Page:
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Lfchnical In~ormation Srvic, Oak Ridg6, f~nnesr~e
UNITED STATES ATOMIC ENERGY COMMISSION
CONTINUOUSLY VARIABLE 1VAGNET
JL~L jS1 I:i
;3 G I
W. D. Schultz
March 8, 1951
Carbide and Carbon Chemicals Company
Reproduced direct from copy
as submitted to this office.
Work performed under
Contract No. W-7405-eng-26
PRINTED UN USA
PRICE 5 CENTS
ASSAY LABORATORY DEPARTMENT
CONTINUOUSLY VARlIABLE MVAGNETP POW~ER SUPPLY
The need for continuously scanning the mass spectra in the mass
spectrometer has led to the development of a variable m~agnet power
supply which will deliver from 0 to 500 milliamperes to a magnet
of 1100 ohms resistance. The supply is a continuously variable,
electronic, degenerative regulator which will regulate better than
one part in 5000 throughout the range. Line voltage fluctuations of
f 10 volts have no effect on the output of the supply.
OPERA TI ON:
The power supply is actually two electronic degenerative regulators.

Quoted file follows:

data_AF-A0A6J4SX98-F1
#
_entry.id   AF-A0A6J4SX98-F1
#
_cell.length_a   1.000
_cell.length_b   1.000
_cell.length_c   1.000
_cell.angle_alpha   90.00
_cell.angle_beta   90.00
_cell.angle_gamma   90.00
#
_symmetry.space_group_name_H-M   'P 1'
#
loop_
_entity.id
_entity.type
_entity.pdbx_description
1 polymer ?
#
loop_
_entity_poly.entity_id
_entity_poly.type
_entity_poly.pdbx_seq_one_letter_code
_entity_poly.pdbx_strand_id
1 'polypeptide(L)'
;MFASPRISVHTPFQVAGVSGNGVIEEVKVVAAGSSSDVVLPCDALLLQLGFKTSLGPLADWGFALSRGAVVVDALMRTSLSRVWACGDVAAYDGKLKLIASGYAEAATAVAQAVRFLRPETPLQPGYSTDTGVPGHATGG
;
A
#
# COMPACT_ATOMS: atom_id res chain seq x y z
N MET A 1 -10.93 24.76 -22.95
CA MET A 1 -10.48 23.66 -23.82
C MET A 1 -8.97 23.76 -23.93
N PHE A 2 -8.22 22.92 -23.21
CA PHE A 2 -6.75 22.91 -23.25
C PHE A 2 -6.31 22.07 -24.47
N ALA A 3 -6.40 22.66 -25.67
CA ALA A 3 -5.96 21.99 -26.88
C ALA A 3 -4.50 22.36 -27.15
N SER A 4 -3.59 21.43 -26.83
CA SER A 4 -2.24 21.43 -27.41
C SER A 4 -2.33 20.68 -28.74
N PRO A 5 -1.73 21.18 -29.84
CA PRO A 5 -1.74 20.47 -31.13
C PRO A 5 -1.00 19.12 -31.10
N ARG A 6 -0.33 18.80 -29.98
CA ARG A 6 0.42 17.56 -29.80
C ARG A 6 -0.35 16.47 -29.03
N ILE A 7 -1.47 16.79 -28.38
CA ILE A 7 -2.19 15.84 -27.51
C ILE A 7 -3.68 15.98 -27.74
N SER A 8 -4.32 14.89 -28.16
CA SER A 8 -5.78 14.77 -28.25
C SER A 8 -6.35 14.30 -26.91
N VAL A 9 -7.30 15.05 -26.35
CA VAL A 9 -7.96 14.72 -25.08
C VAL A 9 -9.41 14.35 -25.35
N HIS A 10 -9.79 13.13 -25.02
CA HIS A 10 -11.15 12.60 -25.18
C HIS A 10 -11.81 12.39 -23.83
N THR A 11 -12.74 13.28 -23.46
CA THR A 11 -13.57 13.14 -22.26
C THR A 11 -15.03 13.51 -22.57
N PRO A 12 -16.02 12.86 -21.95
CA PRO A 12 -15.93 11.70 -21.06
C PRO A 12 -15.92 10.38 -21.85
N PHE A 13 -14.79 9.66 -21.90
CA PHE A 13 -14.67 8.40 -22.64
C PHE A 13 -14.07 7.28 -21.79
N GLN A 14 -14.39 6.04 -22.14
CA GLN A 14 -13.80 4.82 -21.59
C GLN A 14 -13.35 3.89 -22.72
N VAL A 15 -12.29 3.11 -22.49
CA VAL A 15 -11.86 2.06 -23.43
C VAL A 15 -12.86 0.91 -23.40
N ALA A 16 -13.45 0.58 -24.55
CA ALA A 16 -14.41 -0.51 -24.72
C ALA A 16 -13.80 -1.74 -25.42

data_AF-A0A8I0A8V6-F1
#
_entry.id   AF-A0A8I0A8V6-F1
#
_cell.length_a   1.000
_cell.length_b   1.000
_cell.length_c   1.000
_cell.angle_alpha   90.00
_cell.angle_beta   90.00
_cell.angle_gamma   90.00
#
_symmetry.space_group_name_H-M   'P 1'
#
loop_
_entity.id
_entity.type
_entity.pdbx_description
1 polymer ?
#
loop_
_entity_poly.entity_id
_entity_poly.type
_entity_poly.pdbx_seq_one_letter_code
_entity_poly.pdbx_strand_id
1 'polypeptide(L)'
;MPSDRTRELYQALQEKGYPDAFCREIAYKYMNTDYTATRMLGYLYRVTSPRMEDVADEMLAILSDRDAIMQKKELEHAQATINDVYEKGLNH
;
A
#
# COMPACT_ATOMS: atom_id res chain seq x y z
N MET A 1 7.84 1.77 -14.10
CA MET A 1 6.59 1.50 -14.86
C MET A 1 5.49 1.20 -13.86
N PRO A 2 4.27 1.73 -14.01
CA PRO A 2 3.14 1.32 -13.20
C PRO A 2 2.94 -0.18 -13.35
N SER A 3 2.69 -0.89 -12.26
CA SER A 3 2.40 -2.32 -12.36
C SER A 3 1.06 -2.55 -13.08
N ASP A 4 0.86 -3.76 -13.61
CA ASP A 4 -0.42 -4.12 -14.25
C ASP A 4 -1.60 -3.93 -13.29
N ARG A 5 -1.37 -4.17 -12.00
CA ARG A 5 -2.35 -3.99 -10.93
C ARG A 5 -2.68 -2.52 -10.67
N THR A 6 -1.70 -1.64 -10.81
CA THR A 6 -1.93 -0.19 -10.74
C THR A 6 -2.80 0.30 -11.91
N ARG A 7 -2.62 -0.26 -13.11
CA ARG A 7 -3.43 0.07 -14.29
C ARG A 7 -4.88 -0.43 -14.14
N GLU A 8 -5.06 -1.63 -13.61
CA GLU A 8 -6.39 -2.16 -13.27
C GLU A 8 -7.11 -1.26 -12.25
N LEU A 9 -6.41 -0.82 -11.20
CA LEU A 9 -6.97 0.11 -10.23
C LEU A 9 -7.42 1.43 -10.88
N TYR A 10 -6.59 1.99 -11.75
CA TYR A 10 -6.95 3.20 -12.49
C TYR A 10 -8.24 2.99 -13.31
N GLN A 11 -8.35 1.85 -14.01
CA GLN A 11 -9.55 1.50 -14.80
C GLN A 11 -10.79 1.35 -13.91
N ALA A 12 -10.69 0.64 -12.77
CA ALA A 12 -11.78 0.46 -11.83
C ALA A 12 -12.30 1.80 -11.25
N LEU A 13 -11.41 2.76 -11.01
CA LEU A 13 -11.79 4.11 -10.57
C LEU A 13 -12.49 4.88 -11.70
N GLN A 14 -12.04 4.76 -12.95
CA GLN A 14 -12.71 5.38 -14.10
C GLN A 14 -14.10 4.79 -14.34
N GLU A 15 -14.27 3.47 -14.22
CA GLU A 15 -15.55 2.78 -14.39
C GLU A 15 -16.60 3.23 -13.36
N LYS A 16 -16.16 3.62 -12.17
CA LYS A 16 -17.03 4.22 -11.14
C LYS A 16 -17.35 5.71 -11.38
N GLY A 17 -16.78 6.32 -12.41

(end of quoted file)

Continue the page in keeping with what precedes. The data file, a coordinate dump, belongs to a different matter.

One of the circuits provides a constant voltage for the bias supply
used in the main regulator. The positive side of the bias regulator
is necessarily at ground potential to supply a negative bias for V3
(See Figure 1). TChe grid of V1 sees about one-half of any D.C, voltage
chage n he utpt f the bias regulator. Since the voltage gain of
the 6SJ7 is about 400(1 hna1 eompaela sueacag
of 1 millivolt in the output will cause a change of about 0.2 volts on
the grid of the 67T6. This high gain combined with the adjustment of the
proper screen potential on V1 produces a 300 volt output in which there
is no detectable ripple nor any detectable variation in D.C. level, The
adjustnent of this screen potential is made with ao oscilloscope connected
across the bias supply to detect the point of minimum supply fluctuation.
The regulator proper consists of six 807's in parallel to pass the magnet
current. These tubes were selected because of their low cost and high
voltage handling capacity. The average plate dissipation for each 807